Lynn Chadwick 1914-2003


Marlborough Gallery, Zurich
Private Collection
Private Collection, by descent
At Sotheby's, London, 16 Nov. 2011, lot 175
Private Collection, London


Dennis Farr and Eva Chadwick, Lynn Chadwick, Sculptor, 2006, Lund Humphries, cat. no. 664, p. 294
Lynn Chadwick regarded his figurative sculptures not as the equivalents of real human bodies but as constructions of shapes. The lively personality of works like Seated Figure I is supervenient, only emerging once the sculpture was finished and entirely unthought of in the process of preparation. Chadwick explained this process in an interview in 1995. ‘I'm trying to think, "Now, what can I do in the way of sculpture? What shapes can I make?"’

Chadwick’s work belongs to the post-war generation of British sculptors whose keystone was the work of Henry Moore. The darkened patina, faceted surfaces and angular massing of Seated Figure I are stylistically distinct from Moore’s work, yet the same formal problem was at stake for Chadwick as for Moore: how can the material, non-imitative qualities of sculpture be emphasised while continuing to suggest a figure-like presence? The problem was resolved by maintaining the silhouette of a human figure, while suppressing localised detail and replacing it with flat planes of richly patinated metal.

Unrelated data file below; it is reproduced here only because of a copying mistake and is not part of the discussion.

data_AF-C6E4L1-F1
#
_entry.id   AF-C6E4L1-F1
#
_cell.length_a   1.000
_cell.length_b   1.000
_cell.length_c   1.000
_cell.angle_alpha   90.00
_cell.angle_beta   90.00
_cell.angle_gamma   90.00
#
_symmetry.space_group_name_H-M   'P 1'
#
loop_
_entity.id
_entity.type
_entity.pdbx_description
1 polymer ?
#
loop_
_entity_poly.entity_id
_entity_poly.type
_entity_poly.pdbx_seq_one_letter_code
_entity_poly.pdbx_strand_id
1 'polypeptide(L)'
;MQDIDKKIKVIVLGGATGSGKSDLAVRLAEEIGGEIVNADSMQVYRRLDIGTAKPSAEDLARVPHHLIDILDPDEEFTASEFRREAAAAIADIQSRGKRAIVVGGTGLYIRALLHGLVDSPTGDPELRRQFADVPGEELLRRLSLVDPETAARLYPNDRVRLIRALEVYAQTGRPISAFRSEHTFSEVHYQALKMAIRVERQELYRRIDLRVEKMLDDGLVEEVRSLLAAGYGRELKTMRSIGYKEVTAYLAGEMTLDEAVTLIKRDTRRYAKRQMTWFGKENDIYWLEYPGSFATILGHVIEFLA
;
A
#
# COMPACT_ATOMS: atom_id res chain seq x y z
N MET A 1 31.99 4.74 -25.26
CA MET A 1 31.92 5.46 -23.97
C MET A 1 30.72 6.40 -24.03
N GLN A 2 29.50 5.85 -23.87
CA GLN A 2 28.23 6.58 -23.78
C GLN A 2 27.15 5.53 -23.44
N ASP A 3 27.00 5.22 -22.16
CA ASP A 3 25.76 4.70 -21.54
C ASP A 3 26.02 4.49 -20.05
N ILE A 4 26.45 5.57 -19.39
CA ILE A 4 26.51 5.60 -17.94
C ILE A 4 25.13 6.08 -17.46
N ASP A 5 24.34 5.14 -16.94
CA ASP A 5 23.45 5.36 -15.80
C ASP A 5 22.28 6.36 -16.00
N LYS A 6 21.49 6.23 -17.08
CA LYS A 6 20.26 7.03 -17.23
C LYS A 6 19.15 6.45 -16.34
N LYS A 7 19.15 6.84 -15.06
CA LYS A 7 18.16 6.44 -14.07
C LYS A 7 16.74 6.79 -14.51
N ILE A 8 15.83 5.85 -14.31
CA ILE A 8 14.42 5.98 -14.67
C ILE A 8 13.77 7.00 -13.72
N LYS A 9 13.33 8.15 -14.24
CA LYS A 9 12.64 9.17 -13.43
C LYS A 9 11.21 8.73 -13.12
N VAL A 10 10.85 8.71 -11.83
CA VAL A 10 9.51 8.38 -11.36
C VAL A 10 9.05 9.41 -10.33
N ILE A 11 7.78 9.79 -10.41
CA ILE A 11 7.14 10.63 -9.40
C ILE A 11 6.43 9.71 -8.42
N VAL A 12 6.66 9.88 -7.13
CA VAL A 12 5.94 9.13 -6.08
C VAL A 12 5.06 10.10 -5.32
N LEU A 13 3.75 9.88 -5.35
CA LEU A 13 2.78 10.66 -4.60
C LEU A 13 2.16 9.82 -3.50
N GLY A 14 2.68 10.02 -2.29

Seated Figure I was made using a process and materials that were distinctive to Chadwick and his sculpture. In the 1950s he discovered Stolit, a commercially produced construction material composed of plaster and iron filings. He subsequently used it for the rest of his career, employing it in conjunction with a steel armature to make his models. The malleable plaster allowed Chadwick to create the desired shape with a continuous, smoothed-out surface. In his hands, the Stolit surface was always loaded with textures; pocks, pit marks, ripples and stresses gave it a pregnant, hand-wrought appearance. These effects were then translated into patinated bronze by the foundry. This is a significant aspect of Chadwick’s sculpture in Seated Figure I and other works. An ingenious play on materials is effected, transforming supple and hand-worked surfaces into the solid, monumental, patinated metal of the finished object.